KEYWORDS:

GC content; ICDP drilling; Lake Towuti; cell lysis; environmental archive; extracellular DNA; ferruginous sediment; intracellular DNA

9.
Front Microbiol. 2017 Jul 18;8:1339. doi: 10.3389/fmicb.2017.01339. eCollection 2017.

Global Biogeographic Analysis of Methanogenic Archaea Identifies Community-Shaping Environmental Factors of Natural Environments.

Author information

1
Section 5.3 Geomicrobiology, GFZ German Research Centre for GeosciencesPotsdam, Germany.
2
College of Electrical Engineering, Northwest University for NationalitiesLanzhou, China.
3
State Key Laboratory of Frozen Soil Engineering, Northwest Institute of Eco-Environment and Resources, Chinese Academy of SciencesLanzhou, China.

Abstract

Methanogenic archaea are important for the global greenhouse gas budget since they produce methane under anoxic conditions in numerous natural environments such as oceans, estuaries, soils, and lakes. Whether and how environmental change will propagate into methanogenic assemblages of natural environments remains largely unknown owing to a poor understanding of global distribution patterns and environmental drivers of this specific group of microorganisms. In this study, we performed a meta-analysis targeting the biogeographic patterns and environmental controls of methanogenic communities using 94 public mcrA gene datasets. We show a global pattern of methanogenic archaea that is more associated with habitat filtering than with geographical dispersal. We identify salinity as the control on methanogenic community composition at global scale whereas pH and temperature are the major controls in non-saline soils and lakes. The importance of salinity for structuring methanogenic community composition is also reflected in the biogeography of methanogenic lineages and the physiological properties of methanogenic isolates. Linking methanogenic alpha-diversity with reported values of methane emission identifies estuaries as the most diverse methanogenic habitats with, however, minor contribution to the global methane budget. With salinity, temperature and pH our study identifies environmental drivers of methanogenic community composition facing drastic changes in many natural environments at the moment. However, consequences of this for the production of methane remain elusive owing to a lack of studies that combine methane production rate with community analysis.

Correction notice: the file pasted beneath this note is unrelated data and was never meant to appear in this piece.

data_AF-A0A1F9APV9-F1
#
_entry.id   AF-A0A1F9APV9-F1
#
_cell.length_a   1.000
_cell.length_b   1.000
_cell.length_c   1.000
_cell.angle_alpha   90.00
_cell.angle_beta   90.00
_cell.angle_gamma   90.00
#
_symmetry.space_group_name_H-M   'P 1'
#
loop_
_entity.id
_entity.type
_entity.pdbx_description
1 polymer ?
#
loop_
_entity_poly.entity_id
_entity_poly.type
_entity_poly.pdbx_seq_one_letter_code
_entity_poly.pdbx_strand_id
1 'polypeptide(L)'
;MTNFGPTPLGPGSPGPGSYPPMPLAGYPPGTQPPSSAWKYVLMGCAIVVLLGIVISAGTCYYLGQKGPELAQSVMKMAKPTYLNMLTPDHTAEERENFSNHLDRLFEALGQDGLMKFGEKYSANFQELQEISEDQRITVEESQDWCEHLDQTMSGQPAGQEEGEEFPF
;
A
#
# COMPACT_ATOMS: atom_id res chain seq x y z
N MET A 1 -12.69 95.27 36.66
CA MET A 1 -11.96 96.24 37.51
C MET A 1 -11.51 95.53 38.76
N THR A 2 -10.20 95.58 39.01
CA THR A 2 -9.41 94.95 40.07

KEYWORDS:

biogeography; environmental drivers; mcrA; methanogenic archaea; pH; salinity; temperature

10.
ACS Chem Biol. 2017 May 19;12(5):1227-1234. doi: 10.1021/acschembio.7b00003. Epub 2017 Mar 15.

Discovery of an Extended Austinoid Biosynthetic Pathway in Aspergillus calidoustus.

Author information

1
Friedrich Schiller University , 07745 Jena, Germany.
2
Institute of Biotechnology and Drug Research , Erwin-Schroedinger-Strasse 56, 67663 Kaiserslautern, Germany.
3
Johannes-Gutenberg-University Mainz , Institute of Biotechnology, Johann-Joachim-Becherweg 15, 55128 Mainz, Germany.
4
BASF SE , 67056 Ludwigshafen, Germany.

Abstract

Filamentous fungi produce a wide range of natural products that are commonly used in various industrial contexts (e.g., pharmaceuticals and insecticides). Meroterpenoids are natural products of interest because of their various biological activities. Among the meroterpenoids, there is a group of insecticidal compounds known as the austinoids. These compounds have also been studied because of their intriguing spiro-lactone ring formation along with various modifications. Here, we present an extension of the original austinol/dehydroaustinol biosynthesis pathway from Aspergillus nidulans in the recently identified filamentous fungus Aspergillus calidoustus. Besides the discovery and elucidation of further derivatives, genome mining led to the discovery of new putative biosynthetic genes. The genes involved in the biosynthesis of later austinoid products were characterized, and among them was a second polyketide synthase gene in the A. calidoustus cluster that was unusual because it was a noninterative polyketide synthase producing a diketide. This diketide product was then loaded onto the austinoid backbone, resulting in a new insecticidal derivative, calidodehydroaustin.